Re: Easing language bindings (was Re: GtkPlot widget)

> To solve the language binding problem once and for all what we need is a
> tool that parses the C headers and can build bindings from them. Otherwise
> it will always take forever to sync the bindings with the C library, and
> stuff like this will cause pain.
> The only bindings author to use this approach so far is Manuel with his
> Haskell bindings. He has a cool tool that even autogenerates the functions
> to access struct members. That tool is written in Haskell - maybe not a
> big deal since only the binding maintainers would have to install the
> Haskell compiler - but Perl is likely more convenient and Owen points out
> that the gtk-doc codebase is a good place to start writing a Perl version.
> In any case Manuel has a paper about his approach on his web site that
> ought to be interesting.
> If all the language binding authors worked together you could probably
> have some code to extract all the type and function information from
> GTK/Gnome in a fairly short period of time; then writing a binding is just
> a matter of walking these data structures and spitting out code in the
> proper language, and maybe adding some special cases.

I like to add that my tool, called C->Haskell, is a generic
interface generator for bindings from Haskell to C libraries
(ie, it doesn't exploit any special structure of GTK+/Gnome
headers).  It implements a good part of the front-end of an
ANSI C compiler (not that much work in Haskell).  In
addition to the C header file, it reads a Haskell module
skeleton, which says which C objects to bind, and from this
generates the Haskell-land API for the C library.  You can
get the thing from

(in the `Documentation' section is a reference to the paper
that Havoc mentioned).

As the Gtk+Haskell binding is probably the most complicated
of the existing bindings - just because Haskell is
semantically about as far away from C as you can get - I
would like to add some comments regarding a "unified"
infrastructure for GTK+ bindings.

Re IDL: IDL is an overkill for bindings to C-like languages
  and untyped scripting languages and is itself too
  low-level for the more interesting problems in the binding
  to a language like Haskell.  (So, not much is gained apart
  from points in the buzzword department.)

Re SWIG: SWIG is cool, but I don't like the idea of manually
  adding annotations to the C header files - especially, as
  languages based on different paradigms will require
  different annotations (and you really don't want to
  clutter the standard GTK+/Gnome headers with the
  annotations required for Haskell, believe me ;-)  See, the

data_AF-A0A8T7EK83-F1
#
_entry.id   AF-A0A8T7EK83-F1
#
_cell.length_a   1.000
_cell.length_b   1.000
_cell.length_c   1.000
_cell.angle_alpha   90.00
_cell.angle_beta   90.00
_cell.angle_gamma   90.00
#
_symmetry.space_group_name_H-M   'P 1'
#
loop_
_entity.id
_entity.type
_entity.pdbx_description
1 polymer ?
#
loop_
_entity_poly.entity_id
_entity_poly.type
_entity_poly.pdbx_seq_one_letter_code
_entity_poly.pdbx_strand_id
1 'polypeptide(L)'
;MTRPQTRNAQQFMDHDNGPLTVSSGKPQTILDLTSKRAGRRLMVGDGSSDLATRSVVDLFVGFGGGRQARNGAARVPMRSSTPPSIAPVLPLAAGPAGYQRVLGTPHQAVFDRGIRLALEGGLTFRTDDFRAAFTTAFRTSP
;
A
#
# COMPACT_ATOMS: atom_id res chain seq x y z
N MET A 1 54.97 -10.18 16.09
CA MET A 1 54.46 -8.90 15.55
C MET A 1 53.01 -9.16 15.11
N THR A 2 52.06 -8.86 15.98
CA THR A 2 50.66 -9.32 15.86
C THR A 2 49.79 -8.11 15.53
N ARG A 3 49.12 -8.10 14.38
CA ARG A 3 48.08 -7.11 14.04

paper about C->Haskell for why I think, SWIG wouldn't work
  well for languages like Haskell.

Conceptually, generation of any language binding requires
three categories of information:

(1) Information already contained in the GTK+/Gnome C
    headers that is needed for any binding.  This is most
    conveniently extracted directly from the C source, as
    Havoc has pointed out.

(2) Information needed in every binding, but not contained
    in the C header - eg, which functions or struct members
    are private and should not be bound.  It would be nice
    to share his information between the different
    GTK+/Gnome bindings.

(3) Information specific to the host language for which the
    generated binding is.  That's the real culprit, and the
    amount of this information largely decides how much work
    it is to implement the language binding.

Some information is kind of inbetween (1) and (2): It cannot
be deduced from the C header by reasoning about C alone, but
only when taking some of the conventions into account that
were followed when writing the C code (most prominently,
storage (de)allocation policies).

In some language bindings, there is very little of category
(3), because the information provided by the host language
API is very close to that in the C API.  (This is exactly
the case, where SWIG works very well.)  In other bindings,
there is a lot of stuff in Category (3) - in the case of
Haskell, it is so much that it doesn't make much difference
whether the information from Category (2) can be obtained
and integrated automatically or whether it is manually
encoded together with that from Category (3).

C->Haskell is designed to exploit that structure, it reads
and analyses the C header file to obtain the information in
Category (1) and it reads the Haskell module skeleton to get
the information from Category (2) and (3).  A Grand Unified
GTK+/Gnome Binding Tool, could read three input files
(corresponding to the three categories) or exploit coding
conventions used in the libraries to get the information for
both Category (1) and (2) from the C headers, and then, only
read the host language-depend file in addition.

Personally, I would tend to handling Category (1) and (2)
together by exploiting conventions and maybe by
"standardising" binding hints in C comments to indicate, for
example, which declarations are private and should not be
bound.  The information from Category (3) would be contained
in a host language-specific `binding file' implemented by
the binding author.  Then, those parts of the Grand Unified
GTK+/Gnome Binding Tool that read the C header files could
be shared between language bindings - the parts reading the
host language-specific `binding file' and the backend would,
of course, be language-dependent (this is not unlike the
structure used in ORBit, I think, but with the addition of
the host language-specific binding files).


PS: From my experience with C->Haskell, I am not convinced
    that I would want to implement this in Perl.  Analysing
    C's arcane declarator syntax and semantics gets quite
    tricky in some places, and while GTK+'s header files are
    quite well-behaved, there seems to be more stylistic
    variation in the Gnome headers.

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